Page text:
For most of the nineteenth century and into the twentieth, most British life insurance premiums came closer than most other services and commodities to approximating what economists would have claimed to be a "natural" or "normal" price. In 1842, more than 70% of life offices charged within 5% of the mean price, despite the fact that many were still basing their rates on the higher mortality of the Northampton table (Pocock 158-63). By 1910, when the Healthy Males table had taken hold as the industry standard, the proportion of companies with published rates that clustered within 5% of the mean had increased to more than 90% at most ages (Life Assurance Premiums 6-7). This uniformity in price could be interpreted as the result of supply and demand, since competition forced companies to keep their premiums as close as safety permitted to the cost of covering their risks. At the same time, the precise level to which prices fell had more to do with the professional judgment of the actuaries who translated mortality statistics into premiums than with the direct agency of customers. This latter form of bargaining, which bore more resemblance to a Smithian model of an untrammeled market, only took place in that realm of life insurance where the least uniformity prevailed: the "under-average" risks, for which actuaries ceded their price-setting powers to a market mediated only by salesmen, branch managers, and company directors.

The concept of a natural price dictated by supply and demand dates back at least to the 1730s, when Richard Cantillon wrote his Analysis of Trade, Commerce, Coin, Bullion, Banks, and Foreign Exchanges.[10] Not published in English until 1759, this book featured as its centerpiece a theory of value that would persist well into the twentieth century:

The intrinsic Worth of every Thing is proportioned to the Value of the Land, Labour, Risk and Time necessarily had in producing it into Use and Form; and the several Variations which happen in the Prices of every Species of Goods and Merchandize, depend on the Demand there is held for them, to supply the Delicacy, Taste and Luxury of the Rich.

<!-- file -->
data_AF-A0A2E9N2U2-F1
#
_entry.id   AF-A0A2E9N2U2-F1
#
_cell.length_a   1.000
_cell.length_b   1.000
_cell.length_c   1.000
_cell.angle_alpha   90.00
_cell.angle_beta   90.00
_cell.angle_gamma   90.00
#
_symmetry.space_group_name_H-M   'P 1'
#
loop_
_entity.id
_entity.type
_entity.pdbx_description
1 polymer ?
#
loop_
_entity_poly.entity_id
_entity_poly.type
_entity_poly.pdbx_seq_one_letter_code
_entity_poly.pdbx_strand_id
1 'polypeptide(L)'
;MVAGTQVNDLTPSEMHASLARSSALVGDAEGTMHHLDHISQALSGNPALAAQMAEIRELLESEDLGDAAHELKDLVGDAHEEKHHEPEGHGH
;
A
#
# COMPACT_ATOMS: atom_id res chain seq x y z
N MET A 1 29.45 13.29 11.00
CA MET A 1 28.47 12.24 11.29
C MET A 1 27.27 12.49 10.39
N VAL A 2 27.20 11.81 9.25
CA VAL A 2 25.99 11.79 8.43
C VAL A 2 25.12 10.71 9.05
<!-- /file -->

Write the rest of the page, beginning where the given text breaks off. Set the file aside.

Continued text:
With the exception of the last clause, which soon gave way to a more populist rendering of the market, the basics of this definition remained unchanged for a century and only slightly modified for seventy years after that (Milgate). Adam Smith assumed that a commodity's market price approached its natural price when "the quantity brought to market is just sufficient to supply the effectual demand and no more" (69), and Malthus observed that prices were "regulated by the ordinary and average relation of supply to the demand" (78).

Through the 1860s, a primary debate in political economy regarded the relative contributions of Cantillon's component parts of land, labor, risk and time to a commodity's value (Schumpeter 188-89, 588-605). One new wrinkle, starting with Adam Smith, was the specific identification of this price as "natural" and the association of this adjective with Newtonian metaphors to illustrate the movement of prices.[11] Smith's natural price was that "to which the prices of all commodities are continually gravitating" (70); "any deviation" from that price, according to John Stuart Mill, was "but a temporary irregularity, which, the moment it exists, sets forces in motion tending to correct it" (535). A favorite analogy, which continued to be used by neoclassical economists, was that of a body of water. Mill compared the economy to an ocean that "preserves its level" despite always being "ruffled by waves, and often agitated by storms" (Ibid.), and the French economist Léon Walras compared the market to "a lake agitated by the wind, where the water is incessantly seeking its level" (cited in Milgate 2).

Although neoclassical economics retained this earlier tendency of viewing prices as inevitably finding their level, it departed from the economics of Smith and Ricardo in other regards. One of Alfred Marshall's accomplishments in turning economics into a profession was his substitution of a "normal" for a "natural" price as the field's focal point. He faulted Smith's "doctrine of natural organization" because it prevented people from "inquiring whether many even of the broader features of modern industry might not be transitional" (205). What Marshall called "normal action in economics," in contrast, encompassed "much action which we should use our utmost efforts to stop" (29). In other words, his "normal" was the same as that employed by Hacking's tamers of chance: for him, economics shared a "peculiarity... with some other sciences" since its "material... can be modified by human effort" (Ibid.).